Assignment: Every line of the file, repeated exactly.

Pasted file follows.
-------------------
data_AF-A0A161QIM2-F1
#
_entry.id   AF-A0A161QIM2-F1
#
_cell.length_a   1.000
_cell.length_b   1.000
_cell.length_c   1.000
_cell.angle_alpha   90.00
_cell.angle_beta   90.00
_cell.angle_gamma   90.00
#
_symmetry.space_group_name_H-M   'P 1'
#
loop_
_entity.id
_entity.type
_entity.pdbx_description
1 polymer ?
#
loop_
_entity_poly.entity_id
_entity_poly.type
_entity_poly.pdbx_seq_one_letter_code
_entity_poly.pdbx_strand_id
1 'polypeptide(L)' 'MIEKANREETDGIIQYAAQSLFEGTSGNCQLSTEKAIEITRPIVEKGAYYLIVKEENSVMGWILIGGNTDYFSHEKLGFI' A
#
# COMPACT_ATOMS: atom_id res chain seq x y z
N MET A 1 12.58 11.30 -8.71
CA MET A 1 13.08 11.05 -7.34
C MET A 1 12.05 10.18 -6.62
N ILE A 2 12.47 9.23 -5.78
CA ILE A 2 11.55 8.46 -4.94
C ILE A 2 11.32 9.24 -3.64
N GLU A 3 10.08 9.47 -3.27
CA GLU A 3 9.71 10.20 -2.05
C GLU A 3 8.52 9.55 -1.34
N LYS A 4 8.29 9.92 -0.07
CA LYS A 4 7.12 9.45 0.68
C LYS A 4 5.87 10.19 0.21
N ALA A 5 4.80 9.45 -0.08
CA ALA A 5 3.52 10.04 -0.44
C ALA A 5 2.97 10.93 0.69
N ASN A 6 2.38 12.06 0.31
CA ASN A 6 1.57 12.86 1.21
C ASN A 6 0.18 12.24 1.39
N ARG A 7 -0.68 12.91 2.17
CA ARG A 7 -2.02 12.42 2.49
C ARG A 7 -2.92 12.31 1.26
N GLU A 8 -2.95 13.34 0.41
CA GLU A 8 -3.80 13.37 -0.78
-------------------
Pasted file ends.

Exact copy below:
data_AF-A0A161QIM2-F1
#
_entry.id   AF-A0A161QIM2-F1
#
_cell.length_a   1.000
_cell.length_b   1.000
_cell.length_c   1.000
_cell.angle_alpha   90.00
_cell.angle_beta   90.00
_cell.angle_gamma   90.00
#
_symmetry.space_group_name_H-M   'P 1'
#
loop_
_entity.id
_entity.type
_entity.pdbx_description
1 polymer ?
#
loop_
_entity_poly.entity_id
_entity_poly.type
_entity_poly.pdbx_seq_one_letter_code
_entity_poly.pdbx_strand_id
1 'polypeptide(L)' 'MIEKANREETDGIIQYAAQSLFEGTSGNCQLSTEKAIEITRPIVEKGAYYLIVKEENSVMGWILIGGNTDYFSHEKLGFI' A
#
# COMPACT_ATOMS: atom_id res chain seq x y z
N MET A 1 12.58 11.30 -8.71
CA MET A 1 13.08 11.05 -7.34
C MET A 1 12.05 10.18 -6.62
N ILE A 2 12.47 9.23 -5.78
CA ILE A 2 11.55 8.46 -4.94
C ILE A 2 11.32 9.24 -3.64
N GLU A 3 10.08 9.47 -3.27
CA GLU A 3 9.71 10.20 -2.05
C GLU A 3 8.52 9.55 -1.34
N LYS A 4 8.29 9.92 -0.07
CA LYS A 4 7.12 9.45 0.68
C LYS A 4 5.87 10.19 0.21
N ALA A 5 4.80 9.45 -0.08
CA ALA A 5 3.52 10.04 -0.44
C ALA A 5 2.97 10.93 0.69
N ASN A 6 2.38 12.06 0.31
CA ASN A 6 1.57 12.86 1.21
C ASN A 6 0.18 12.24 1.39
N ARG A 7 -0.68 12.91 2.17
CA ARG A 7 -2.02 12.42 2.49
C ARG A 7 -2.92 12.31 1.26
N GLU A 8 -2.95 13.34 0.41
CA GLU A 8 -3.80 13.37 -0.78